Foldables never really went “mainstream” until Samsung’s Galaxy Z Flip 3 and Fold 3, the devices that finally boosted sales to show there’s real interest in these devices. But a year later, how did the Galaxy Z Fold 3 hold up, and what does that tell us about what’s next?

The Galaxy Z Fold 3 was my second foldable smartphone. I picked it up by trading in the Galaxy Z Fold 2, an upgrade I was super happy to make because that 2020 release hadn’t aged particularly well.

With the Fold 2, I’d noticed that the hinge wasn’t as resistant anymore, that the inner screen was a pain to use, and that the accessory ecosystem needed some serious work. Thankfully, the Fold 3 addressed all of these.

A year into using the Galaxy Z Fold 3, my device still has a strong hinge that works just fine in Flex Mode. The inner screen protector has also held up incredibly well. It’s basically free of any damage, and the oleophobic coating still manages to keep fingerprints at a reasonable level. Over the summer, though, I’ve definitely noticed it’s gotten worse and worse at handling moisture from my fingers on a hot afternoon.

It’s also clear that accessories have started to thrive in the Fold 3’s generation. Samsung’s first-party cases held up great for me over the course of a year; I owned both the company’s leather case and two of the silicone cases which I rotated out throughout the year. The black silicone case provided excellent grip, while I, unfortunately, had to move away from the white one because it was quick to pick up stains. The leather case was perhaps my favorite, holding up on both grip and how well it fit the phone despite constantly slipping the case on and off.

But how did the Galaxy Z Fold 3 itself hold up over a year? Did Samsung’s durability improvements work out?

As mentioned, the inner screen has held up way better than I expected it to. Water resistance was also a huge improvement with peace of mind. I wasn’t worried to bring the Fold 3 on most outings, and it did easily survive a few encounters with rain, showers, and more without any problems.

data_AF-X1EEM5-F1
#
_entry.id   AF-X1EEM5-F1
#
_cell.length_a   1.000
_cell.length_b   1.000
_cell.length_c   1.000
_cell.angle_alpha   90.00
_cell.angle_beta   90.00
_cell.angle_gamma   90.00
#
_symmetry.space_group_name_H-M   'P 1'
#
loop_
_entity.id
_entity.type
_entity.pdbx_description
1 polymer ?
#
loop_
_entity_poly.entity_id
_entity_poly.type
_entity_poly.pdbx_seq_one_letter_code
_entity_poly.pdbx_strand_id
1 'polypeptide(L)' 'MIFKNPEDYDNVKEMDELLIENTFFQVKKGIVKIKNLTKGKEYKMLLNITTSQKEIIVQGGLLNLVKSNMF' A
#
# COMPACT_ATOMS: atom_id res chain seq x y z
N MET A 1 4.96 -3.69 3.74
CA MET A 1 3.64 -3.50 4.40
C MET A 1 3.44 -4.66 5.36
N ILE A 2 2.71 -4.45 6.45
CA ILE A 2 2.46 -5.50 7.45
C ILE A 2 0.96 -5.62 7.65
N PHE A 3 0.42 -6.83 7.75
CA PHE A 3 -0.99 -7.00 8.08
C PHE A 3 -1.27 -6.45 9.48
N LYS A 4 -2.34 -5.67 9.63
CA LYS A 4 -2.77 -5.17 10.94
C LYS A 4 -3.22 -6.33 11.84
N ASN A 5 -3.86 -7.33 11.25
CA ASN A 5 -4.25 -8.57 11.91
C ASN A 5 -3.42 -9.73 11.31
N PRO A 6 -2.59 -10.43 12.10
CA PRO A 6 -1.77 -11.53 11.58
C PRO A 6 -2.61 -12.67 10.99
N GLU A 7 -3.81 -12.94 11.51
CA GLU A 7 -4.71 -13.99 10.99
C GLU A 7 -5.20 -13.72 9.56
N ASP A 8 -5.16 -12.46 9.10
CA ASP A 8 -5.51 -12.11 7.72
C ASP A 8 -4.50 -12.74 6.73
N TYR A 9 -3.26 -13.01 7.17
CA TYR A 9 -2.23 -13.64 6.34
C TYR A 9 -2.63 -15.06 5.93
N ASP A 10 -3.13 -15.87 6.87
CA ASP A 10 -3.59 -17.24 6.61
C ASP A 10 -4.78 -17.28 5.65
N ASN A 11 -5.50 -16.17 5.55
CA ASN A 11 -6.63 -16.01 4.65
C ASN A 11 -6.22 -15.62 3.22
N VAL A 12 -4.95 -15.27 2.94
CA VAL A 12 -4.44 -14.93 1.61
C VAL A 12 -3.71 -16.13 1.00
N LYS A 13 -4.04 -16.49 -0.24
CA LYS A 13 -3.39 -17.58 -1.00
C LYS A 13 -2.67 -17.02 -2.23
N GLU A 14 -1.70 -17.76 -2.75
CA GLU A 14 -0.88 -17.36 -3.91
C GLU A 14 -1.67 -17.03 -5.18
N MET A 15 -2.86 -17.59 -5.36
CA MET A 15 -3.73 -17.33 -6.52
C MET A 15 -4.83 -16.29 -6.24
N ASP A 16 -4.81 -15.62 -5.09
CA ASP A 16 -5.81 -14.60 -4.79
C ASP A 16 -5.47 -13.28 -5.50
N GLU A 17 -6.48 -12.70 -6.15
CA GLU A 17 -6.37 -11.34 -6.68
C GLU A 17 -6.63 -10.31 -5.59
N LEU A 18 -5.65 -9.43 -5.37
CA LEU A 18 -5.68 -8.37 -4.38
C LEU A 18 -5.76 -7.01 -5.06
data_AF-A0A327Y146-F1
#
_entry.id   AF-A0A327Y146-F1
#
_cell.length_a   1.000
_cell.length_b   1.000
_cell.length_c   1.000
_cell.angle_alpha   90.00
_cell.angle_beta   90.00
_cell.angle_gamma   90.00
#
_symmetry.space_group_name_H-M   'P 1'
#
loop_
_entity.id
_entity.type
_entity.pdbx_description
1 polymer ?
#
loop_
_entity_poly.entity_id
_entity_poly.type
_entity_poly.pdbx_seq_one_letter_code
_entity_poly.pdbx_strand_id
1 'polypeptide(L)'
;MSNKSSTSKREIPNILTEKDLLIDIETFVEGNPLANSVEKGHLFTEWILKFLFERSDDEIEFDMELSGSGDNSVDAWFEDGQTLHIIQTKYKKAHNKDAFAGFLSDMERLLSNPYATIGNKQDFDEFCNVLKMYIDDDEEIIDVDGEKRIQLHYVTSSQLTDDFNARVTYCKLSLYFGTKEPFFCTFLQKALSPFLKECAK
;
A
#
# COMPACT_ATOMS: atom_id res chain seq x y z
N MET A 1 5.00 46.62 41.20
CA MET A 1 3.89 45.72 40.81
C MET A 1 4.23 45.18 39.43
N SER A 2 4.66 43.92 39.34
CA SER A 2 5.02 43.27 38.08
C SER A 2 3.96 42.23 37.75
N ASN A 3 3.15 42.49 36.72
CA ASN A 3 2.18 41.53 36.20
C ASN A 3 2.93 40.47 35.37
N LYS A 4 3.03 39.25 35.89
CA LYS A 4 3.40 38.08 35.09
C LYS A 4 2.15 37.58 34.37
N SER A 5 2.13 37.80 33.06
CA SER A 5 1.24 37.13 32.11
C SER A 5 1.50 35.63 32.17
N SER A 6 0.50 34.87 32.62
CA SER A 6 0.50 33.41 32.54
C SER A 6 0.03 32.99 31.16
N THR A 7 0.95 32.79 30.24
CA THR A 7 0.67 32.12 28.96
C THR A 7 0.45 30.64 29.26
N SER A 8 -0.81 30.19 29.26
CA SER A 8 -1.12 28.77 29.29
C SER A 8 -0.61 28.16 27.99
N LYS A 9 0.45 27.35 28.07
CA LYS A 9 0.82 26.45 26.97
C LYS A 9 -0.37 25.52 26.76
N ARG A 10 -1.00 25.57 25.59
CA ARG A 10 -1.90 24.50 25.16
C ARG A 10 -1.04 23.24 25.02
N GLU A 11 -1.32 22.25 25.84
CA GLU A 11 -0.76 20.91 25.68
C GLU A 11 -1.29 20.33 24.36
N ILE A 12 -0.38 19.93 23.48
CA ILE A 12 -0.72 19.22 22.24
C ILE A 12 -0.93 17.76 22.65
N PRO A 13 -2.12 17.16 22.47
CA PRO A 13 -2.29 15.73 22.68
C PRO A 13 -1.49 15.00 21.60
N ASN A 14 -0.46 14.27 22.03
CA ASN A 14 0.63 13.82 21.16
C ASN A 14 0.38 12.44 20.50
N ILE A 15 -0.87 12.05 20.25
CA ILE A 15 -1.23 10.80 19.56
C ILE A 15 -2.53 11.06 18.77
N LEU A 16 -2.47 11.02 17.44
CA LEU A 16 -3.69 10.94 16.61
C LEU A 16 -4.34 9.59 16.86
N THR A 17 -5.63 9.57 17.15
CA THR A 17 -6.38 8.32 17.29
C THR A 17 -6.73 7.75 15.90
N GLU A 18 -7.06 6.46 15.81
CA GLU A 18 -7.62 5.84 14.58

But dust resistance is something that Samsung clearly still needs to work on. My Fold 3 managed to let some dust slip through the hinge within its first couple of months of usage, which then wedged itself under the display and leave a visible bump. Thankfully, this never resulted in any actual damage, but it’s a visual annoyance, has a slight audible presence, and was absolutely a source of stress throughout my ownership. I’ve never been big on phone insurance, but I’ve carried Care+ on the Fold 3 throughout its life.

And I’m not alone in hiccups like that. Fold 3 cracks are still common to see, and the Fold 3’s screen protector peeling happens a lot too. It’s clear there’s still room for improvement. Michael Fisher did a great job of documenting those issues with his unit, and I’m glad I haven’t run into the same problems on my unit – Samsung support still seems like a nightmare to deal with.

With the Galaxy Z Fold 4 here, though, I was more than ready to make the jump. But unlike the Fold 2, I’m not upgrading because I’m no longer happy with this device. Rather, it’s just that the Fold 4 hits the right notes for me personally.

The Fold 4’s improved main camera addresses one of my biggest problems with the Fold 3, and the changes to the display sizes pushed me over the edge on a trade-in, despite that still costing me $800.

Are you a Galaxy Z Fold 3 owner? Are you upgrading? Let’s talk in the comments below!

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Ben Schoon

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